Netanyahu wants to repay Trump's Golan move with a community named after him

Prime Minister Benjamin Netanyahu (right) said that Israelis were deeply moved when US President Donald Trump recognised Israel's sovereignty over the Golan Heights.
Prime Minister Benjamin Netanyahu (right) said that Israelis were deeply moved when US President Donald Trump recognised Israel's sovereignty over the Golan Heights.PHOTO: REUTERS

JERUSALEM (WASHINGTON POST) - Three weeks before Israel's closely fought election, US President Donald Trump gave incumbent Israeli Prime Minister Benjamin Netanyahu a political boost by recognising the Golan Heights as Israeli territory.

Now Netanyahu, who ended up winning another term, says he wants to repay the US president: by naming a new settlement there after him.

"All Israelis were deeply moved when President Trump made his historic decision to recognise Israel's sovereignty over the Golan Heights," Netanyahu said in a video released by his office on Tuesday (April 23).

"Therefore, after the Passover holiday I intend to bring to the government a resolution calling for a new community on the Golan Heights, named after President Donald J. Trump."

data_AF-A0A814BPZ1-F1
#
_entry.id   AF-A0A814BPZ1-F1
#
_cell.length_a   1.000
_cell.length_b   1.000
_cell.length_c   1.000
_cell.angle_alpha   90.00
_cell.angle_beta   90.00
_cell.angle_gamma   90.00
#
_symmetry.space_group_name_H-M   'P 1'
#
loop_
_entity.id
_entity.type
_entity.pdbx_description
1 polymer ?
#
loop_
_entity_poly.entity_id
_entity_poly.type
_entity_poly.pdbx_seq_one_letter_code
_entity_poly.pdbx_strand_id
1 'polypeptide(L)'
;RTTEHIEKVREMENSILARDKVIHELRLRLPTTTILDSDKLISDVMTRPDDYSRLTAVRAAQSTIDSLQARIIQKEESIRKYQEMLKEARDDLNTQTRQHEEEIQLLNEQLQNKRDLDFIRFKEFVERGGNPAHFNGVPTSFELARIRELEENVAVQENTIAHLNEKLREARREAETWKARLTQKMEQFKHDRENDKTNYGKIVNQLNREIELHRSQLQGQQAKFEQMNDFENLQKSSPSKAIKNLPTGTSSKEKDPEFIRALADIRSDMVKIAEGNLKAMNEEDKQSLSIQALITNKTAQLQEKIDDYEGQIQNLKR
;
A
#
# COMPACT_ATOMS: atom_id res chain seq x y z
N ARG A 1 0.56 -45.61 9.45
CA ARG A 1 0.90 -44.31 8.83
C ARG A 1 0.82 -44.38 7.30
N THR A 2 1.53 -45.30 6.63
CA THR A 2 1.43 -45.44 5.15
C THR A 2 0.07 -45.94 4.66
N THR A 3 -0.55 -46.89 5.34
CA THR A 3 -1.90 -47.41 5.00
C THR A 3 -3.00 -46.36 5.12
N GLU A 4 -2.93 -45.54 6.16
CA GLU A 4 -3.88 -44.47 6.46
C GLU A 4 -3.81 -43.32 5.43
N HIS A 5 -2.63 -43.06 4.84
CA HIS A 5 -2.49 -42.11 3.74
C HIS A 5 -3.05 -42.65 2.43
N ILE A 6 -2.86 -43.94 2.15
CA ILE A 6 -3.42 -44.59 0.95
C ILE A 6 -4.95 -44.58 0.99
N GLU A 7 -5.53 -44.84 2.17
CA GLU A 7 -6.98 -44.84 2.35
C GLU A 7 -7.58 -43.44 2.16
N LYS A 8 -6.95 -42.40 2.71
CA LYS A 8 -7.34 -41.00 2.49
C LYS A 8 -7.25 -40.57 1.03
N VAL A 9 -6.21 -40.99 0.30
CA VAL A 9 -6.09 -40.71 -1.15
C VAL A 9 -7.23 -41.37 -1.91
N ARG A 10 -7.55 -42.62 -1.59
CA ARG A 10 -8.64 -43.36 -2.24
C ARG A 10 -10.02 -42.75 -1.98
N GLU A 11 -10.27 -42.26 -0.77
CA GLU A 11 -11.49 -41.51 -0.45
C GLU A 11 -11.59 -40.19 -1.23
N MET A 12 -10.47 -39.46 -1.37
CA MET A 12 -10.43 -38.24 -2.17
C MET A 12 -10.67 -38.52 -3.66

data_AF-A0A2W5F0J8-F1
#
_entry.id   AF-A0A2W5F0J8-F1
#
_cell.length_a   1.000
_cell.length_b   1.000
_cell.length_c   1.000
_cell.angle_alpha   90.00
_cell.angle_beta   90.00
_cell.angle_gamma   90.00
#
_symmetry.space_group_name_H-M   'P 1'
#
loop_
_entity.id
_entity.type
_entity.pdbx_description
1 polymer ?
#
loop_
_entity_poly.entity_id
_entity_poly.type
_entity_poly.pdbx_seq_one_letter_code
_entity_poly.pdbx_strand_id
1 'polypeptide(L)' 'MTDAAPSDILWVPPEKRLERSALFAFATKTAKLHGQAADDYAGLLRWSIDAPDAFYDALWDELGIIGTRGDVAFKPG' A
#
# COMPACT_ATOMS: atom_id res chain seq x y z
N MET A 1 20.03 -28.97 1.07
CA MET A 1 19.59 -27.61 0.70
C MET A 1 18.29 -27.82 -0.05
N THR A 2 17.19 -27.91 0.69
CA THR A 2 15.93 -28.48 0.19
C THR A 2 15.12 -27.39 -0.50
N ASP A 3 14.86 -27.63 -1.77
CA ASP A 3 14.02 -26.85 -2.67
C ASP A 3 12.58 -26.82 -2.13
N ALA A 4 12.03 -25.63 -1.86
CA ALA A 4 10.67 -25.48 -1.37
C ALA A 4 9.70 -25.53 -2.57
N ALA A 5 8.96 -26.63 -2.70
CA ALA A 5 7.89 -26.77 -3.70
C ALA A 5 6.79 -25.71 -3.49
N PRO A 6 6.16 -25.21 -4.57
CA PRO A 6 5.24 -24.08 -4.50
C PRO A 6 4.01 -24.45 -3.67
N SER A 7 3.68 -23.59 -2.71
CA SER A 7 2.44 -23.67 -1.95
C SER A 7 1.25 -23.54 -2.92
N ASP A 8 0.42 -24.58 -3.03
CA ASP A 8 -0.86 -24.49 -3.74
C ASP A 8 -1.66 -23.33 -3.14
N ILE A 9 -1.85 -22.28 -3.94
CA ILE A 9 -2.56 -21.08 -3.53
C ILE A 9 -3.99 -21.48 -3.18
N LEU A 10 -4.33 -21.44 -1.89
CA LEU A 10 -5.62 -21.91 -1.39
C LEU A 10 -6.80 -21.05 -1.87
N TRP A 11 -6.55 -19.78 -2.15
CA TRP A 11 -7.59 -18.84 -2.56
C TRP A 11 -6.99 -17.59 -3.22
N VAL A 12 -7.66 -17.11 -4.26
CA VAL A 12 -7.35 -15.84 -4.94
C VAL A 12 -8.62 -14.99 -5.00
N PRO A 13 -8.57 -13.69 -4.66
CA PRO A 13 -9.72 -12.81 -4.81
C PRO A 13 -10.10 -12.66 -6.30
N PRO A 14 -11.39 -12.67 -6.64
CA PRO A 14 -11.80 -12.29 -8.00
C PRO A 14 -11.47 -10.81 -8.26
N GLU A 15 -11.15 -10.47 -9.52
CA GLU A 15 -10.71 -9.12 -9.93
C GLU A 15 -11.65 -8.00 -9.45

It's another sign of the flourishing political relationship between Netanyahu and Trump, whose political rhetoric and actions often appear to mirror each other as they mutually lavish praise.

When visiting Washington in March for the official signing of US recognition of the Golan Heights as Israel, Netanyahu declared that Israel had never had a better friend in the White House.

During a briefing on the plane while returning to Israel, a senior Israeli official pointed out that it was an important precedent, which showed that holding on to occupied territory gained in a "defensive war" can be justified.

 
 
 

The Golan Heights, a lush raised plateau between Israel and Syria, was captured by Israeli forces during the 1967 war, which began after Israel launched a preemptive strike when neighbouring Arab countries mobilised forces at the borders. The area was formally annexed by Israel in 1981 in a move not recognised by the United Nations or much of the international community.

But Israel has argued that handing back the territory, used by Syria as a shelling position, would be a strategic threat. Just over half the population is constituted of Arabic-speaking Druze, who live alongside Israelis who have settled there since 1967.